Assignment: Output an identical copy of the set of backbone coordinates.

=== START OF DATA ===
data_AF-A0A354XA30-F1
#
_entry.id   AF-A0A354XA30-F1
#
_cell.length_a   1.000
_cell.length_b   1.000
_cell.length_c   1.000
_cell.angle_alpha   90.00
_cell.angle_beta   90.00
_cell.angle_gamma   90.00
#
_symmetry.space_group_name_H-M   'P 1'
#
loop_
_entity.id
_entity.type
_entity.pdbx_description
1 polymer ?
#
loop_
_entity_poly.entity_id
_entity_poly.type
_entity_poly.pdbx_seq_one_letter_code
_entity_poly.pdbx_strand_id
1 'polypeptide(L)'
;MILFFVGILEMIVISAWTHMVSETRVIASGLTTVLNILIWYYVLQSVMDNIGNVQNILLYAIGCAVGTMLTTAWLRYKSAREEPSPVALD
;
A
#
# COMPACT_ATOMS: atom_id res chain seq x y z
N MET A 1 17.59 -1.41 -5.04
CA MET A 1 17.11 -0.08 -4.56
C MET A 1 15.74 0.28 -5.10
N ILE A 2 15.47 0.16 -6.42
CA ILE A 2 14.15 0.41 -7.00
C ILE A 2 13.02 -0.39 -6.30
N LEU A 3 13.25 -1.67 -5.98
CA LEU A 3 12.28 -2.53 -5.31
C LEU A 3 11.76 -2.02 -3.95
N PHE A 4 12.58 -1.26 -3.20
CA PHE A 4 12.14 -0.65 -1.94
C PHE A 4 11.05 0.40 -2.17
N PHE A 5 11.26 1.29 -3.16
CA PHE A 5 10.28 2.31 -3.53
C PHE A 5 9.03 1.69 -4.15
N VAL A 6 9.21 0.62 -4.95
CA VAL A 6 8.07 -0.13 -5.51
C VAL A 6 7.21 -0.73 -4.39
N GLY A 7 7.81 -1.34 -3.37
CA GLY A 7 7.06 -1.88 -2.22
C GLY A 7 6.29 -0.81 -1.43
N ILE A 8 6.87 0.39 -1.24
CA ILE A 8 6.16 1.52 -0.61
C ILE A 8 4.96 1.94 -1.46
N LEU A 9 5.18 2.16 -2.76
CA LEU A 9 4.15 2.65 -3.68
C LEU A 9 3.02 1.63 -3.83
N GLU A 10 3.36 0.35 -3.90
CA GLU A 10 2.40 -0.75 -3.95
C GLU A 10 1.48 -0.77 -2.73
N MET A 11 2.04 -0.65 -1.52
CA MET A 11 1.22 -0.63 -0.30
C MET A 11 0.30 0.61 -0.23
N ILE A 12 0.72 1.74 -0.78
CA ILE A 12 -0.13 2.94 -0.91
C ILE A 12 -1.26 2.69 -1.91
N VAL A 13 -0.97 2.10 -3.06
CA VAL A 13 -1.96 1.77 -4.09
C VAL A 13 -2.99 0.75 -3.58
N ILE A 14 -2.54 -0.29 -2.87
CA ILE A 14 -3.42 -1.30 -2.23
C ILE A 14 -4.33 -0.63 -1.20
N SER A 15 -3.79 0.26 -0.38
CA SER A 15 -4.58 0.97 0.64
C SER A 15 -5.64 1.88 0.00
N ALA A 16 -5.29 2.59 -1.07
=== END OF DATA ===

data_AF-A0A354XA30-F1
#
_entry.id   AF-A0A354XA30-F1
#
_cell.length_a   1.000
_cell.length_b   1.000
_cell.length_c   1.000
_cell.angle_alpha   90.00
_cell.angle_beta   90.00
_cell.angle_gamma   90.00
#
_symmetry.space_group_name_H-M   'P 1'
#
loop_
_entity.id
_entity.type
_entity.pdbx_description
1 polymer ?
#
loop_
_entity_poly.entity_id
_entity_poly.type
_entity_poly.pdbx_seq_one_letter_code
_entity_poly.pdbx_strand_id
1 'polypeptide(L)'
;MILFFVGILEMIVISAWTHMVSETRVIASGLTTVLNILIWYYVLQSVMDNIGNVQNILLYAIGCAVGTMLTTAWLRYKSAREEPSPVALD
;
A
#
# COMPACT_ATOMS: atom_id res chain seq x y z
N MET A 1 17.59 -1.41 -5.04
CA MET A 1 17.11 -0.08 -4.56
C MET A 1 15.74 0.28 -5.10
N ILE A 2 15.47 0.16 -6.42
CA ILE A 2 14.15 0.41 -7.00
C ILE A 2 13.02 -0.39 -6.30
N LEU A 3 13.25 -1.67 -5.98
CA LEU A 3 12.28 -2.53 -5.31
C LEU A 3 11.76 -2.02 -3.95
N PHE A 4 12.58 -1.26 -3.20
CA PHE A 4 12.14 -0.65 -1.94
C PHE A 4 11.05 0.40 -2.17
N PHE A 5 11.26 1.29 -3.16
CA PHE A 5 10.28 2.31 -3.53
C PHE A 5 9.03 1.69 -4.15
N VAL A 6 9.21 0.62 -4.95
CA VAL A 6 8.07 -0.13 -5.51
C VAL A 6 7.21 -0.73 -4.39
N GLY A 7 7.81 -1.34 -3.37
CA GLY A 7 7.06 -1.88 -2.22
C GLY A 7 6.29 -0.81 -1.43
N ILE A 8 6.87 0.39 -1.24
CA ILE A 8 6.16 1.52 -0.61
C ILE A 8 4.96 1.94 -1.46
N LEU A 9 5.18 2.16 -2.76
CA LEU A 9 4.15 2.65 -3.68
C LEU A 9 3.02 1.63 -3.83
N GLU A 10 3.36 0.35 -3.90
CA GLU A 10 2.40 -0.75 -3.95
C GLU A 10 1.48 -0.77 -2.73
N MET A 11 2.04 -0.65 -1.52
CA MET A 11 1.22 -0.63 -0.30
C MET A 11 0.30 0.61 -0.23
N ILE A 12 0.72 1.74 -0.78
CA ILE A 12 -0.13 2.94 -0.91
C ILE A 12 -1.26 2.69 -1.91
N VAL A 13 -0.97 2.10 -3.06
CA VAL A 13 -1.96 1.77 -4.09
C VAL A 13 -2.99 0.75 -3.58
N ILE A 14 -2.54 -0.29 -2.87
CA ILE A 14 -3.42 -1.30 -2.23
C ILE A 14 -4.33 -0.63 -1.20
N SER A 15 -3.79 0.26 -0.38
CA SER A 15 -4.58 0.97 0.64
C SER A 15 -5.64 1.88 0.00
N ALA A 16 -5.29 2.59 -1.07